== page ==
Oh yeah, musn’t forget (as if we would) …

Nobody would doubt that one of the most warmly received music groups in Amsterdam is the band Jungle by Night. Playing Afrobeat-inspired self-envisaged musical journeys, we had the privilege of working with them as they released their first full-length CD at the temple of Amsterdam music performances, Paradiso. We’ve captured the moment with an hour-long documentary introducing you to this unique musical collective, sharing the celebration on the happy occasion of their CD release party, and showing a good long set from Paradiso. That comes out next Monday, and we’re telling you: you won’t want to miss it.

Incidentally, if you’re in Amsterdam, you can pop by the Melkweg cinema on November 24th (time TBC) to catch a live screening!

So keep on your musical radar in November. You’re going to like what you see and hear.

BAMMsterdam Review: Capeman – Stand Out Cause Trouble

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Capeman are the kind of rock outfit who really wear their cocky, boyish charm well. It’s a trait often associated with Amsterdam natives. Britpop enthusiasts might remember it from their 90’s icons, or perhaps modern-day acolytes Kasabian. Whatever you might call it, singer-guitarist Darko Tadic and his motley crue have plenty of it.

It’s what makes them a particularly exciting live act, even though they’ve definitely dialed things down from their earlier exploits as The Darko. Their previous entity was all energy; Capeman employ a different, more dynamic approach to songwriting and also boast the added bonus of a fourth member, guitarist/soundscapist Ymer Marinus. With plenty of stage time under their belts and harboring a new musical direction, they’re as confident as ever, a fact bolstered by the aptly titled debut album Stand Out Cause Trouble.

Of course, the first question is: how does all this on-stage energy translate to their studio efforts? Well, the pumping rhythm section of Martin Von Lier and Sin Banovic definitely holds it own on record, driving the band’s staccato grooves home to great effect. Oddly enough, it’s not the muscular cuts that hit home the hardest. Aggressive riffs like those in Mass Destructo or Shed Some Light feel transitional, as if there’s a residue of The Darko they can’t seem to shake off. A shame, as such pumped up rock songs can’t help but feel … well … dated.   We Got Glue is a notable exception, thanks to it’s Bloc Party-esque guitars shreds and it’s haunting synthpads.

Thankfully, the majority of the album leaves the band with more room to breath. As it turns out, Capeman have found their comfort zone in spacious mid-tempo songs with plenty of influences, ranging from new wave to electro. Here the slick production works to their advantage, pushing tracks Mongolian Oil and single Science to above average performances. But the absolute standout here must be Televisions. It’s by far the best composition, beautifully arranged and produced, with plenty of room for Tadic’s vocals to take the limelight. Combine that with the excellent hook in the chorus, and you could be mistaken for thinking it’s the next big single from Foster The People.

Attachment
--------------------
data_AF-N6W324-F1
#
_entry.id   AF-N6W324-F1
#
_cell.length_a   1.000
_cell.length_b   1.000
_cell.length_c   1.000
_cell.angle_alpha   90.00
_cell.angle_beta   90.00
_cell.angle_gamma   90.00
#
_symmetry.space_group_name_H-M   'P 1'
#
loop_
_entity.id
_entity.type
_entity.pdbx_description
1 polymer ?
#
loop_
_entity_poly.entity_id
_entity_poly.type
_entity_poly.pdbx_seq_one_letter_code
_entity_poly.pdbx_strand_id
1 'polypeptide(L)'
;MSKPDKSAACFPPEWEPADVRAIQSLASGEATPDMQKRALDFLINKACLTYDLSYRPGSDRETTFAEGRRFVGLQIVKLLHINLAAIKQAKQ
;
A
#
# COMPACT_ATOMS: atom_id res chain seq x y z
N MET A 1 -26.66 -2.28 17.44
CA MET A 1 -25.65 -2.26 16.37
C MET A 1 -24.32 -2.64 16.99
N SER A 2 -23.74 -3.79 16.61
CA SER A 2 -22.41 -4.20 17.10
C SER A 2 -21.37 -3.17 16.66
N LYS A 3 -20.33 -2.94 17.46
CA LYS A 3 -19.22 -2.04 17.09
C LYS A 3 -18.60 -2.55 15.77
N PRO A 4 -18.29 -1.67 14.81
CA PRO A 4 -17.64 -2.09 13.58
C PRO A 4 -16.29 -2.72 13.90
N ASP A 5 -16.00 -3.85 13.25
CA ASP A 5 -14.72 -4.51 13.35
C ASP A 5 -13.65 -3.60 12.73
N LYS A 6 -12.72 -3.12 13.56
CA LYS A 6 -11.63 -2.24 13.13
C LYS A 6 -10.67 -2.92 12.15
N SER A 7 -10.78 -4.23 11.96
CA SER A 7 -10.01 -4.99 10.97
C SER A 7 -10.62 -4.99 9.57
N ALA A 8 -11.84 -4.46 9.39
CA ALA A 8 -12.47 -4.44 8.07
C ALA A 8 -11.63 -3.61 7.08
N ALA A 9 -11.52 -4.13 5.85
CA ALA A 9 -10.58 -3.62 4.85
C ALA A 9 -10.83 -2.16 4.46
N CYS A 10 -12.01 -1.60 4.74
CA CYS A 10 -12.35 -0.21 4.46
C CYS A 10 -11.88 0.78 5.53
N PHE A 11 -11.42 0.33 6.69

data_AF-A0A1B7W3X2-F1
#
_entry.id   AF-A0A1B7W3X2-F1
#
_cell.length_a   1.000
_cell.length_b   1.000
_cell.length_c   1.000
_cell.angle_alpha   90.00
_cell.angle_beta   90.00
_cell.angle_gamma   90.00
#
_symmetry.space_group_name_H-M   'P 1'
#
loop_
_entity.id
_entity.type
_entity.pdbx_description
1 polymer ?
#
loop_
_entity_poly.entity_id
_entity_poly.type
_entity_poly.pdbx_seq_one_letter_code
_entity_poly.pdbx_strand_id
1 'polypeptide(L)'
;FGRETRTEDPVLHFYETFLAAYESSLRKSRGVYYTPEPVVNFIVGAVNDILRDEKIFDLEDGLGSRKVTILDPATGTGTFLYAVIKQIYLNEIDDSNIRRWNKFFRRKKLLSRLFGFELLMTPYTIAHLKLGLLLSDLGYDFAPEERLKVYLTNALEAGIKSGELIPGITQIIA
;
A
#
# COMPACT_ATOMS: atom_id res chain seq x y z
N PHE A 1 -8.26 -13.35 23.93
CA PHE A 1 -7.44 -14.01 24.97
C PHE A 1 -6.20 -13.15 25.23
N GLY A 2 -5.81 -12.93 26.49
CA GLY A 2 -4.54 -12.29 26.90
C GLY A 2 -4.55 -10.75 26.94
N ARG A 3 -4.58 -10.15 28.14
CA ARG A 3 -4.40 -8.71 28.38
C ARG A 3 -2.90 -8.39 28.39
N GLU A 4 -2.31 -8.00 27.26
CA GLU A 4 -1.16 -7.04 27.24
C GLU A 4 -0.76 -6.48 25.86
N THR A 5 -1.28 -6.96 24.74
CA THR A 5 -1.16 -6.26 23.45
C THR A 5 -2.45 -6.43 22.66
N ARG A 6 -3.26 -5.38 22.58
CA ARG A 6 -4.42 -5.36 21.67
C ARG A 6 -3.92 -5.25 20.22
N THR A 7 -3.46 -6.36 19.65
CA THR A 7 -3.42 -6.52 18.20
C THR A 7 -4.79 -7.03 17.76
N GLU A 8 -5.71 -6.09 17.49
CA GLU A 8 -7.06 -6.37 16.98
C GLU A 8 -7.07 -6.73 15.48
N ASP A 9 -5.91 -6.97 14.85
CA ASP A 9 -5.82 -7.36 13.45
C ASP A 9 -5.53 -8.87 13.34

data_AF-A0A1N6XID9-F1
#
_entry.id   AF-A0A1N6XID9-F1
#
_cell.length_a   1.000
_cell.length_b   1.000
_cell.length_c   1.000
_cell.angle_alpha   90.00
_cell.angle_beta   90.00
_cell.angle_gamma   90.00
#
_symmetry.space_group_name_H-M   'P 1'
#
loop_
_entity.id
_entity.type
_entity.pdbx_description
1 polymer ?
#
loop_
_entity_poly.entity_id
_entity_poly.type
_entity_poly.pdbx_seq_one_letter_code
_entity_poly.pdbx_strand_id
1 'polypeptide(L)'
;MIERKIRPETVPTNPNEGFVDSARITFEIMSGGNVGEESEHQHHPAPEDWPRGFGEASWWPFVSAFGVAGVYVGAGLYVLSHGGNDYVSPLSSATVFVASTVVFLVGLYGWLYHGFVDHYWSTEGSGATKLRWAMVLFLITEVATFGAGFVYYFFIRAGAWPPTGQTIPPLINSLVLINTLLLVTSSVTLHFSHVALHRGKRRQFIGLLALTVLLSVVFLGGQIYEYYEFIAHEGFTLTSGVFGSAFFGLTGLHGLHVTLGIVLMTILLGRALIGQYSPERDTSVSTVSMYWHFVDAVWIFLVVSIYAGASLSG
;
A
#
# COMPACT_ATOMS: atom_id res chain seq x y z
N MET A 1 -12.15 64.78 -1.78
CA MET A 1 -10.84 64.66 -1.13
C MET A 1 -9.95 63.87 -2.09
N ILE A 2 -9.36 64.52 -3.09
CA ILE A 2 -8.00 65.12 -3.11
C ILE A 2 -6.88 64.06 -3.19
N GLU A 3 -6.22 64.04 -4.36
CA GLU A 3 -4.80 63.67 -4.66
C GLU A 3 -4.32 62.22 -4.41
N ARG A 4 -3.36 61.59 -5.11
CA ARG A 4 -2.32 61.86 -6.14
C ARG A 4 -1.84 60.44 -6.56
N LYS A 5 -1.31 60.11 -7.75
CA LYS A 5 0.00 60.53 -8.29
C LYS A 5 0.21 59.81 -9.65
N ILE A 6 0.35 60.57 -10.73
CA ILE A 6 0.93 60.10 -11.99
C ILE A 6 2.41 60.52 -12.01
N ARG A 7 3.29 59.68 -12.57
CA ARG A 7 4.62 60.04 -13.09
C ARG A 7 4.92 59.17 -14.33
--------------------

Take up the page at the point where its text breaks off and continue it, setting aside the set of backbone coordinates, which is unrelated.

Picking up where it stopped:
Overall, Stand Out Cause Trouble is much friendlier than the title might suggest. It’s rock tendencies feel more like leftovers from a bygone age, while their more indie/electro inspired tunes have all the potential to take alternative radio stations by storm. If they exercise a little more restraint, and keep playing to their strengths (as well as awesome live shows), Capeman could well become a strong contender for festival slots and greater exposure in the Benelux and beyond. A promising debut, all in all.

Look out for Capeman’s session on in the next few weeks, as we’ll be releasing the sessions recorded by at Desmet Studio’s in Amsterdam last January.

The BAMM Argument: OK Go

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BAMM writers Chris and Jasper face-off for and against a musical issue of the day. This time around – the pros and cons of viral promo-vid pioneers Ok Go …

For (Christopher Davies):

Let’s begin with a caveat: there’s no point in pretending that Chicago rock quartet OK Go are better known for their musical output than for their innovative promo vids. Ever since they rocked out four treadmills for the beautifully simple and engaging reel to ‘Here It Goes Again,’ internet-land is always awash with excitement whenever they unleash their latest effort.

And this, it would seem, is where the problem lies for a lot of people. Naysayers insist that OK Go represent something insidious – a genuine triumph for style over content, a band who eschew any interesting creative direction in favor of gimmicky virals that are guaranteed to rack up the Facebook hits. Their music takes a very noticeable second place – perhaps even to the band itself.